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Reflections |

A Program Director's Lament

Bradley W. Kesser, MD
Arch Otolaryngol Head Neck Surg. 2011;137(10):982. doi:10.1001/archoto.2011.140.
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I stand here today to tell you the way
We teach the young women and men,
‘bout removing the parotid without disturbing the carotid
‘Cause it's not like it was way back when.
With the faculty distinguished, all cigarettes extinguished
They commanded tremendous respect
Stood proud and tall never shirking from call,
And knew every otolaryngological aspect.
Those were the days, they seem like a haze
With white coats all pressed,
Residents did well not to speak up or tell
If they were feeling a little bit stressed.
So that was then and this is now,
I tell you my dear alums,
Cause you won't even believe, least of all conceive,
That the faculty are more like their mums.
We send them on retreats with plenty to eat
To teach the 6 core proficiencies
Competencies they're called; and it's just not my fault
We must document every deficiency.
You see them all here, they're a pain in the rear
Can you really teach professionalism?
No matter how many times Dr Cantrell answers the chimes
We ask, “Is it this resident's mannerism?”
These are some ways we teach them these days
With conferences, simulation, and drilling.
Has anything changed or is it all just arranged
To maximize collections and billing?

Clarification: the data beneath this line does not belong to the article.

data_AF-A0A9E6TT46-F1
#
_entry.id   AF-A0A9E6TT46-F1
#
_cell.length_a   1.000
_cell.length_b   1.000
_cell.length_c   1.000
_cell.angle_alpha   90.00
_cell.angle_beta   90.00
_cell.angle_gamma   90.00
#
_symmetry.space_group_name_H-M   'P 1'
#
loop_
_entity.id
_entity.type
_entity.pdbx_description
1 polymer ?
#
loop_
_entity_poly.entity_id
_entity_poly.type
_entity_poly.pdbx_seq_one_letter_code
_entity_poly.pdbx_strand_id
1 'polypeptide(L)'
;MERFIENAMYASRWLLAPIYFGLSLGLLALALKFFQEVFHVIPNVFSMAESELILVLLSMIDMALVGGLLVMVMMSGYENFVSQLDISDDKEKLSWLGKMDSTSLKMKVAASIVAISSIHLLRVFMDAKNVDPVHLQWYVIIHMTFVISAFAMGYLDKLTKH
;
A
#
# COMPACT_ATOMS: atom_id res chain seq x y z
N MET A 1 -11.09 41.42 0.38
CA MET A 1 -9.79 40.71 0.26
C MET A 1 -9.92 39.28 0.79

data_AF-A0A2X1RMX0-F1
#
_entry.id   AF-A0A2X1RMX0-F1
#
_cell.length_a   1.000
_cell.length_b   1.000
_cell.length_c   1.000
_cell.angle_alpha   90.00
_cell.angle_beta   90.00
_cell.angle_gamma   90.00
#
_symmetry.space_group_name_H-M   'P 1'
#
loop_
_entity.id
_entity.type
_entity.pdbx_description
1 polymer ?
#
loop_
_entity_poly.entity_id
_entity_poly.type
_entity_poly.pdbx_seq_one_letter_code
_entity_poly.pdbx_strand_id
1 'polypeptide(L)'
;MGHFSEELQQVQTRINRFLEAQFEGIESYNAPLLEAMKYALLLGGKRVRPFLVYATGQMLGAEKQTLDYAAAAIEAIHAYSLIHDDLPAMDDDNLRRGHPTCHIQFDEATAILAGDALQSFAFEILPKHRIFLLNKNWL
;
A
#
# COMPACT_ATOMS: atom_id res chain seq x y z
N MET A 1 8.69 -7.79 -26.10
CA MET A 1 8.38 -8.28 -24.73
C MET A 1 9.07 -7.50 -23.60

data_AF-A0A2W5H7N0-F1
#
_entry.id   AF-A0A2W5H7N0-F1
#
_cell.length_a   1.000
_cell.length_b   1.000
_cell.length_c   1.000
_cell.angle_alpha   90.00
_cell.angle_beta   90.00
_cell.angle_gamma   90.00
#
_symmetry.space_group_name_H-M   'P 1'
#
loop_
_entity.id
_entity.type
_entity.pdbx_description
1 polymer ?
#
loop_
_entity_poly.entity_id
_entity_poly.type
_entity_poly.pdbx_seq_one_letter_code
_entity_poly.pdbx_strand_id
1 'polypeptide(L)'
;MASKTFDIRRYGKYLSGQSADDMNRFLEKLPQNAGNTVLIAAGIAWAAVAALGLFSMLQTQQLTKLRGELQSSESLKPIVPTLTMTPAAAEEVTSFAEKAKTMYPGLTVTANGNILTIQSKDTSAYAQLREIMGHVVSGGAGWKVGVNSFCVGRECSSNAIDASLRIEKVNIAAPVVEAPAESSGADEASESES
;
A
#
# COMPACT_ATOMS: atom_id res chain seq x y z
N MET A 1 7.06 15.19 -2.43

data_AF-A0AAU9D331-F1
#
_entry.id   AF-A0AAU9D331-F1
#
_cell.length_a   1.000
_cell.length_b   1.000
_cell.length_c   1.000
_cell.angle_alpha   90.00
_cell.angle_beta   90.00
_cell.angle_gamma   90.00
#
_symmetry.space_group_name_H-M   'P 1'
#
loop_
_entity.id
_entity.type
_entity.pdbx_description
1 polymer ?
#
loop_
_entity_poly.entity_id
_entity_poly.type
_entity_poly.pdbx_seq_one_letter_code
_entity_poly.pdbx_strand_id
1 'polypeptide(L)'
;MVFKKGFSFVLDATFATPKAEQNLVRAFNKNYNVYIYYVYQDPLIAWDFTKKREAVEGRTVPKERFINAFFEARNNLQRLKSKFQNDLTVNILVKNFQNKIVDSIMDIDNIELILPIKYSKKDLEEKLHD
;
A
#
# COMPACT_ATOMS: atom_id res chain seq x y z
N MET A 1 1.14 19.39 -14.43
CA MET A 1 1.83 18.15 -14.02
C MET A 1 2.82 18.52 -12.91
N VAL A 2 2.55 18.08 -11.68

Skills labs are key, drilling a bone to a T,
And case numbers are ever so critical
Are they memorizing facts and just going through acts
Or are they truly becoming analytical?
And the assessments—oh yes—what a great big huge mess
I try to keep them all straight.
Who's evaluating whom—I’m running out of room—
In my office when I stay up so late.
Clearly you see that 360 degrees
Is the way that we get them all done
It's paper and paper and paper and paper
I can't possibly track every one.
This is our eval for competencies six, 24 questions thrown into the mix
Another set of questions addresses their skill
Tying knots and avoiding clots,
Doing surgery, without prescribing a pill.
Respect for tissue and time and motion, the 2s will close and the 3s will open
Careful instrument handling and flow of the operation
Detailed knowledge of the case—please pick up the pace!
Ensures things go well to gain admiration.
Watching a resident evolve with the faculty involved
Is truly a rewarding sight
Reporter to interpreter to manager then educator
It's incredible watching them take flight.
So I beg your permission, your free will and volition
To discuss a few rules we obey
PGY-1s are required after they're hired
To do these rotations some way.
I know they are hated, duty hours are mandated
So residents get lots of rest
They take call at home and answer pages by phone
But come in if they know what is best!
80 hours a week is the max we can keep
A resident under our thumb
A day off in seven, oh my, this is heaven
And no more than 30 (hours) for one single run.
The hours are changing and so more arranging
Will have to be shortly enforced
16 hours is the max for the first year hacks
With napping strongly coerced.
We have done quite a bit to comply with this. . . . stuff
And now we're in full compliance.
Residents now tell if they're not feeling well
And go home on their own self-reliance.
So teaching residents you see is not as easy as can be
It's filled with difficult tasks
But it's rewarding and fun and here proficiently done
Especially if the RRC asks!
So I can't help but brag and wave our UV-A flag
After making everything perfectly clear
‘Cause it's the people you know that make it all go
For the Department we all hold so dear!


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